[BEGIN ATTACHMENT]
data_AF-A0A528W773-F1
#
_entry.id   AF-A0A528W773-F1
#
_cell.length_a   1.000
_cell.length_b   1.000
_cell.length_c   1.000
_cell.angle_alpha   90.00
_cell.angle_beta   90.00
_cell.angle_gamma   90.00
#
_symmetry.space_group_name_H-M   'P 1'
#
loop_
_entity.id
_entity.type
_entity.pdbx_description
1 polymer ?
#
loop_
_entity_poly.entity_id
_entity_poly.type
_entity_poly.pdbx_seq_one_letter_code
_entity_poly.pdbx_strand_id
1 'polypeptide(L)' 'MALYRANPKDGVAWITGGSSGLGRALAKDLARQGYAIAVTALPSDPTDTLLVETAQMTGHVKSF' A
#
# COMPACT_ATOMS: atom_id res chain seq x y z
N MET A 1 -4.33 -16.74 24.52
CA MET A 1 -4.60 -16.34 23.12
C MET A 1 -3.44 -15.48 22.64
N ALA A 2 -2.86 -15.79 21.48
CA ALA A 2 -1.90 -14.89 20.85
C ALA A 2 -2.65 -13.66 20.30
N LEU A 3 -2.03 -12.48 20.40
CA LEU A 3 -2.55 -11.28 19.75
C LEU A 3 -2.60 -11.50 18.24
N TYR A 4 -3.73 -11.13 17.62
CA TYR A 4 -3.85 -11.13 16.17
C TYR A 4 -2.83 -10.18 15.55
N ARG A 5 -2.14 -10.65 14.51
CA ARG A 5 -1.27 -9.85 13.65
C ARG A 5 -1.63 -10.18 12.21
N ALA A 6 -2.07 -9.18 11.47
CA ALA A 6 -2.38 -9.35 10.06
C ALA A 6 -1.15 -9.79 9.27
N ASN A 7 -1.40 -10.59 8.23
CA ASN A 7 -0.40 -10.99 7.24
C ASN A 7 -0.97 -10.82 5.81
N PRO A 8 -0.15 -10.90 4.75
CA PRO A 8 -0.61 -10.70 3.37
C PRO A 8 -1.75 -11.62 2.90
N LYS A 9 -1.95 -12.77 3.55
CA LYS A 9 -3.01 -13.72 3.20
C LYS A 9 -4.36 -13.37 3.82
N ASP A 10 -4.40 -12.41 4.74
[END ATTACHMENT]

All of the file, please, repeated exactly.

data_AF-A0A528W773-F1
#
_entry.id   AF-A0A528W773-F1
#
_cell.length_a   1.000
_cell.length_b   1.000
_cell.length_c   1.000
_cell.angle_alpha   90.00
_cell.angle_beta   90.00
_cell.angle_gamma   90.00
#
_symmetry.space_group_name_H-M   'P 1'
#
loop_
_entity.id
_entity.type
_entity.pdbx_description
1 polymer ?
#
loop_
_entity_poly.entity_id
_entity_poly.type
_entity_poly.pdbx_seq_one_letter_code
_entity_poly.pdbx_strand_id
1 'polypeptide(L)' 'MALYRANPKDGVAWITGGSSGLGRALAKDLARQGYAIAVTALPSDPTDTLLVETAQMTGHVKSF' A
#
# COMPACT_ATOMS: atom_id res chain seq x y z
N MET A 1 -4.33 -16.74 24.52
CA MET A 1 -4.60 -16.34 23.12
C MET A 1 -3.44 -15.48 22.64
N ALA A 2 -2.86 -15.79 21.48
CA ALA A 2 -1.90 -14.89 20.85
C ALA A 2 -2.65 -13.66 20.30
N LEU A 3 -2.03 -12.48 20.40
CA LEU A 3 -2.55 -11.28 19.75
C LEU A 3 -2.60 -11.50 18.24
N TYR A 4 -3.73 -11.13 17.62
CA TYR A 4 -3.85 -11.13 16.17
C TYR A 4 -2.83 -10.18 15.55
N ARG A 5 -2.14 -10.65 14.51
CA ARG A 5 -1.27 -9.85 13.65
C ARG A 5 -1.63 -10.18 12.21
N ALA A 6 -2.07 -9.18 11.47
CA ALA A 6 -2.38 -9.35 10.06
C ALA A 6 -1.15 -9.79 9.27
N ASN A 7 -1.40 -10.59 8.23
CA ASN A 7 -0.40 -10.99 7.24
C ASN A 7 -0.97 -10.82 5.81
N PRO A 8 -0.15 -10.90 4.75
CA PRO A 8 -0.61 -10.70 3.37
C PRO A 8 -1.75 -11.62 2.90
N LYS A 9 -1.95 -12.77 3.55
CA LYS A 9 -3.01 -13.72 3.20
C LYS A 9 -4.36 -13.37 3.82
N ASP A 10 -4.40 -12.41 4.74